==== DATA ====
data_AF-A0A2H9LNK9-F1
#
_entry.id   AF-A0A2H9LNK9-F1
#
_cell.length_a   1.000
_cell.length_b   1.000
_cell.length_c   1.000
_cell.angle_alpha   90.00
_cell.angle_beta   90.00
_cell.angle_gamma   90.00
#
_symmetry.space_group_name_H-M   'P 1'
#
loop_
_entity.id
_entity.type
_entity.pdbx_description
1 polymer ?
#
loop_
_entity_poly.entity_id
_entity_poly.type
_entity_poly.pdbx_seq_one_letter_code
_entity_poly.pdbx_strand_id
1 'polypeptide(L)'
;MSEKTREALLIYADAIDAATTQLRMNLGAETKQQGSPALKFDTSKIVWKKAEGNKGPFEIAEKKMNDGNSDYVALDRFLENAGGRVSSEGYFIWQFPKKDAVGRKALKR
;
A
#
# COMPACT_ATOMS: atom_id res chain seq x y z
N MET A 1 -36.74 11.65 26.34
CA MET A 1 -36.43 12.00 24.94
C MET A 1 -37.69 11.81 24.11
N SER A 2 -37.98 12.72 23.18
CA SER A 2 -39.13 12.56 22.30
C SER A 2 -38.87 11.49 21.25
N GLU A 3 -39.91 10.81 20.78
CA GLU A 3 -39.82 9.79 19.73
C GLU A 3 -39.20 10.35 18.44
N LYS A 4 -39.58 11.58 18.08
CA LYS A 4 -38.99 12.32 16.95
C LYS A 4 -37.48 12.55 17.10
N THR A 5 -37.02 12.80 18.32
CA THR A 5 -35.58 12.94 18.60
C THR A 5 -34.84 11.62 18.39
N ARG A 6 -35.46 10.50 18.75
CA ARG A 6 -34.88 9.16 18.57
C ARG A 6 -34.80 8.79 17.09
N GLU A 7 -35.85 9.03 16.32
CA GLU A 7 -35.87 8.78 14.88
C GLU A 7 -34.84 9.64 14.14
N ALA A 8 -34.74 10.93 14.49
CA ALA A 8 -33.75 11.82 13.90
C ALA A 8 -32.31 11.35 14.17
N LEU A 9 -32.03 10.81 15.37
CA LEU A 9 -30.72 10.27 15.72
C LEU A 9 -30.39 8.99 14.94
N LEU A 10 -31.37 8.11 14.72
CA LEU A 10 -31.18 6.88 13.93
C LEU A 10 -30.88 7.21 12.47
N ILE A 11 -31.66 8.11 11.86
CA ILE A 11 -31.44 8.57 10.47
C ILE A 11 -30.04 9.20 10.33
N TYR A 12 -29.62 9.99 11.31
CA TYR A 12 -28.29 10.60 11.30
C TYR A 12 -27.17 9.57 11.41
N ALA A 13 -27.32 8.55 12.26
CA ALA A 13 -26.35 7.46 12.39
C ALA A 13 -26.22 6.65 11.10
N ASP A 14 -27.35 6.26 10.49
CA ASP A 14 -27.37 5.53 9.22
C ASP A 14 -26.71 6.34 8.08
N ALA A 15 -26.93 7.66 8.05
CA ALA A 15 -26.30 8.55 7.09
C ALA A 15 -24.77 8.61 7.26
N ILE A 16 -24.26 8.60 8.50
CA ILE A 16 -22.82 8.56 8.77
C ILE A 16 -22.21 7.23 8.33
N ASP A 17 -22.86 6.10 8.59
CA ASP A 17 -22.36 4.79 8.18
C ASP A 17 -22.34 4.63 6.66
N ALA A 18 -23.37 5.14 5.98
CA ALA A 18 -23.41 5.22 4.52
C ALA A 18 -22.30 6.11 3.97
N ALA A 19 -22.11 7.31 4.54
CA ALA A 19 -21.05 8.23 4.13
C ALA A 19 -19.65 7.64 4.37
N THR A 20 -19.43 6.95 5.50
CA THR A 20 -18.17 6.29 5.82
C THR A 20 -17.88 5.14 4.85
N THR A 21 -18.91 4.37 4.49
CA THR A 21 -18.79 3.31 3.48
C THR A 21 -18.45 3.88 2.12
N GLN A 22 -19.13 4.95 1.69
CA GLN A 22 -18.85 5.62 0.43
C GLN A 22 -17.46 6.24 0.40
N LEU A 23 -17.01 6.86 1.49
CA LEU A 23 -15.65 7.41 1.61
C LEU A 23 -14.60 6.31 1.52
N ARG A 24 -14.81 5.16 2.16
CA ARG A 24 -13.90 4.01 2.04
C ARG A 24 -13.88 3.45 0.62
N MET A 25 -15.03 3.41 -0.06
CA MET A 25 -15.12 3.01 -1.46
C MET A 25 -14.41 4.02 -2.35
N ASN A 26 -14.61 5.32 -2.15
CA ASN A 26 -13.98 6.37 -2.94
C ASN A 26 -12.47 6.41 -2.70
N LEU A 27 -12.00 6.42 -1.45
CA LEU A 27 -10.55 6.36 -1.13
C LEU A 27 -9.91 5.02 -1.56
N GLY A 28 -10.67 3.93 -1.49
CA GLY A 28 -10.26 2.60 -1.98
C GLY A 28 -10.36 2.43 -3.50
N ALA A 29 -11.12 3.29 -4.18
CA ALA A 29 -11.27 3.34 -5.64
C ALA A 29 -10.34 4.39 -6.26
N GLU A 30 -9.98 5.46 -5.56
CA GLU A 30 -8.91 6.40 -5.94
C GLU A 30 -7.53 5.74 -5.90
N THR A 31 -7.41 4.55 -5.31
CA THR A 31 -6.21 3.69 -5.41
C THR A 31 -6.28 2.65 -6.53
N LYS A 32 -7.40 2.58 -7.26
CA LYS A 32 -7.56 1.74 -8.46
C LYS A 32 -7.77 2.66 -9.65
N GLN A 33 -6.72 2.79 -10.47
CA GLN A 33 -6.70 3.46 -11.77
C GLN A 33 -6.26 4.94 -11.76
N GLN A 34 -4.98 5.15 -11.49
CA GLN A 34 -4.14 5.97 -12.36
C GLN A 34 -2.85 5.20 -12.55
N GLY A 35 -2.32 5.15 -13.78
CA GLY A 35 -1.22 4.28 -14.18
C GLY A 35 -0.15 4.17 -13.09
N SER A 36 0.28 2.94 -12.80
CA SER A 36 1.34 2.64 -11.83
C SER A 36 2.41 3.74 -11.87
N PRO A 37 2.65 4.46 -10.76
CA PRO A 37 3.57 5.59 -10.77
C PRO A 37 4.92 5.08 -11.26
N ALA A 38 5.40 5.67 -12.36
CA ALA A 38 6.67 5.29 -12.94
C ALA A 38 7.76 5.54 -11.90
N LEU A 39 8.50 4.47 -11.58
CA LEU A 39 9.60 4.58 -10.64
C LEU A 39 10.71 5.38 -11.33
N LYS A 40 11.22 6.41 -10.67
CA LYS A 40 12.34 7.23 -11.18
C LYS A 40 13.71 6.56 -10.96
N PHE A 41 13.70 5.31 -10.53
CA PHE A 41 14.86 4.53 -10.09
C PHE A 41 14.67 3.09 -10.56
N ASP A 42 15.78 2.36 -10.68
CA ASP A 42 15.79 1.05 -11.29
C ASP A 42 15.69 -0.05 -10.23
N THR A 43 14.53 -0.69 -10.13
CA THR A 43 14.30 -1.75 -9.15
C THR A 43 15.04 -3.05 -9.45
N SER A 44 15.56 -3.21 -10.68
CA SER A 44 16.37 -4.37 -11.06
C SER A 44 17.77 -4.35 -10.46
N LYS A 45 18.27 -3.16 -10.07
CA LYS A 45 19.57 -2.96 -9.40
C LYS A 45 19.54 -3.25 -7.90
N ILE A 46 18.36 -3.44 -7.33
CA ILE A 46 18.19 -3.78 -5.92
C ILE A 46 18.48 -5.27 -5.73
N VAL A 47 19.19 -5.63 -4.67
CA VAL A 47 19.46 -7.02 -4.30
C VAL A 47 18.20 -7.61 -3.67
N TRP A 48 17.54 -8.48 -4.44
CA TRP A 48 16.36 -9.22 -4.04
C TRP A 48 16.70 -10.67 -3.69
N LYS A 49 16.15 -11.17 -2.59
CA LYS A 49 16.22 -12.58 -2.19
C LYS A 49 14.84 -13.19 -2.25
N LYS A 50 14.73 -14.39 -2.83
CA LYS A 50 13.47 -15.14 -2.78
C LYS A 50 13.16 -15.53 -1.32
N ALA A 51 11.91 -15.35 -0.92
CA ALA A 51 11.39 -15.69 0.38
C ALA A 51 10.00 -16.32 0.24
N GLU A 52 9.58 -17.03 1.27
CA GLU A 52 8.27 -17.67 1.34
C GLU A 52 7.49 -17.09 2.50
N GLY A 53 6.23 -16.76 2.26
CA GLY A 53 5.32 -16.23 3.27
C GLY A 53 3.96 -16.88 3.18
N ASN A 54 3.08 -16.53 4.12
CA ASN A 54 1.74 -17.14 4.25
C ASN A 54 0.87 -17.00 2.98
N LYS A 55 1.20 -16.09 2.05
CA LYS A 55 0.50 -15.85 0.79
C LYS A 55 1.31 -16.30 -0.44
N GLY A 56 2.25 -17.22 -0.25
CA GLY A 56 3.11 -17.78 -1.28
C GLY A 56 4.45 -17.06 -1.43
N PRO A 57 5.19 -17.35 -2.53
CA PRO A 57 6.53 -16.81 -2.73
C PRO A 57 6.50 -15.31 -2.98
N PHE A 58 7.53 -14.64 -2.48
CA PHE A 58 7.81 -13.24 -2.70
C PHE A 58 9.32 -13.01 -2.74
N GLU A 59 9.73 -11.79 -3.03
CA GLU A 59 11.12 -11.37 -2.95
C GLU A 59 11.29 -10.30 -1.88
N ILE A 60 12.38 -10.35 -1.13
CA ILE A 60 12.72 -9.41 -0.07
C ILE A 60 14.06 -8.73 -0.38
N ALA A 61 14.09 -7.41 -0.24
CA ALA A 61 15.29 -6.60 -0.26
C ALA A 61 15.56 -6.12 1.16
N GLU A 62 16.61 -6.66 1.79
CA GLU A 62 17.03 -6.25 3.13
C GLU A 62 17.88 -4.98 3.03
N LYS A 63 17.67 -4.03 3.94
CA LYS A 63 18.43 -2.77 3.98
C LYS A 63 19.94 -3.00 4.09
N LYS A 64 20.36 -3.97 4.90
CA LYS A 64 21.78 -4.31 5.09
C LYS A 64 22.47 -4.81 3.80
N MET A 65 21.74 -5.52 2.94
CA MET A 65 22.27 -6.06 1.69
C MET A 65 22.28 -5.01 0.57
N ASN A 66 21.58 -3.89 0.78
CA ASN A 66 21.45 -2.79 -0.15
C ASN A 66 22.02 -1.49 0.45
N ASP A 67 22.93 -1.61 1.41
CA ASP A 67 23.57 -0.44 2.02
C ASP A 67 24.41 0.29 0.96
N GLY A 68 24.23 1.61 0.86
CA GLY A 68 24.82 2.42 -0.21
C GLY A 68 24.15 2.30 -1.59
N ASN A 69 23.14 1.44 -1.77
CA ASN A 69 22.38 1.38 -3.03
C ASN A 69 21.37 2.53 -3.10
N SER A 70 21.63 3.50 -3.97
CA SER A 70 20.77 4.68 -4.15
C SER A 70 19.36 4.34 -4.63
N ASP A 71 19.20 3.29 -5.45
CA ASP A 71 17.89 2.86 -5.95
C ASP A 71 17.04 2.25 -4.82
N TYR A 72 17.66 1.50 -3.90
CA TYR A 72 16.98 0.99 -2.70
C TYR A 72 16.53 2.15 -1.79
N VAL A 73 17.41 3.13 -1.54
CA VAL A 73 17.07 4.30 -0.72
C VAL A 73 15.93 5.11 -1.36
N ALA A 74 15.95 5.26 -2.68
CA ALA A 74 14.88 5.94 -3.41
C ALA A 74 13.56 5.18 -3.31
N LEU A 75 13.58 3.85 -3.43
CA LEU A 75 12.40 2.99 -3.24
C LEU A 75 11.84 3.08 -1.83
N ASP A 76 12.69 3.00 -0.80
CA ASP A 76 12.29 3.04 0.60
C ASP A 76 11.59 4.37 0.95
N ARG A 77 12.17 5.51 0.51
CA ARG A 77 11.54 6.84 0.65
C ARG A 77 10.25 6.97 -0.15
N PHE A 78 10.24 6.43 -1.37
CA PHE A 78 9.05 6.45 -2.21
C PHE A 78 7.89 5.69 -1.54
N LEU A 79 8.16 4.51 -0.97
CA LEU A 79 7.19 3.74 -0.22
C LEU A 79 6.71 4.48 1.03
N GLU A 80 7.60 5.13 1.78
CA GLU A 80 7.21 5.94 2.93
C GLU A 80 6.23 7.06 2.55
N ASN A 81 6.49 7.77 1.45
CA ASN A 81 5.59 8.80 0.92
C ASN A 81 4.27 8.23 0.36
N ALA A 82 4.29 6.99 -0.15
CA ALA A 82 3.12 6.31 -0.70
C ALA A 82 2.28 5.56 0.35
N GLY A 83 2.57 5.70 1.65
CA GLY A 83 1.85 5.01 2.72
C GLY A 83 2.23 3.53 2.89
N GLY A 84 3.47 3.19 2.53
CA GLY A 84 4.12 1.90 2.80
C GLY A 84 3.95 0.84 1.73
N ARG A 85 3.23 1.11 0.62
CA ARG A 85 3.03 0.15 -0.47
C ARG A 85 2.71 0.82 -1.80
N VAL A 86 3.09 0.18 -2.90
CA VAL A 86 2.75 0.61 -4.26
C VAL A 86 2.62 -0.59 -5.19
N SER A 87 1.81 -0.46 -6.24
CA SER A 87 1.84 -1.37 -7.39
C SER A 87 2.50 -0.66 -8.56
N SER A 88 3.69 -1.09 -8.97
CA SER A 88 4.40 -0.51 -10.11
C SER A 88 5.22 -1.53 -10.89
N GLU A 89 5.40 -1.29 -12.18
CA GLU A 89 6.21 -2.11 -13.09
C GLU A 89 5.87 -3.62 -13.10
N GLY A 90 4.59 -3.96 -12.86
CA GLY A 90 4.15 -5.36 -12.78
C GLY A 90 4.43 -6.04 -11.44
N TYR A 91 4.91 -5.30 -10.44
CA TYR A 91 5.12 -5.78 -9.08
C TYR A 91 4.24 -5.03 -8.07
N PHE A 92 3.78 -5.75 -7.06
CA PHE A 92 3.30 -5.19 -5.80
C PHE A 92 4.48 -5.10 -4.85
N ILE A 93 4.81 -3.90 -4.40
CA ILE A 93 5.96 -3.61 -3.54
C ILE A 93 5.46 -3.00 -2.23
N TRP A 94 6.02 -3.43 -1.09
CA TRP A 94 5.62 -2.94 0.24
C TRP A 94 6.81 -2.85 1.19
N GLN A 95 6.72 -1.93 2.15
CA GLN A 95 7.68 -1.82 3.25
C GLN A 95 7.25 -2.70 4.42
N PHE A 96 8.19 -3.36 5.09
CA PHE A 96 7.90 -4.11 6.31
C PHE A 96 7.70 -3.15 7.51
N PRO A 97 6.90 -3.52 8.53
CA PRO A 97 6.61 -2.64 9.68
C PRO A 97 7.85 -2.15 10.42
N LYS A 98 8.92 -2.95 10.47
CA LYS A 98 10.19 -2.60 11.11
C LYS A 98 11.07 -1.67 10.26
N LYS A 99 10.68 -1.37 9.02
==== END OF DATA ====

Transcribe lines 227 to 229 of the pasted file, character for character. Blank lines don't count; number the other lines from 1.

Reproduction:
CA ASN A 66 21.45 -2.79 -0.15
C ASN A 66 22.02 -1.49 0.45
N ASP A 67 22.93 -1.61 1.41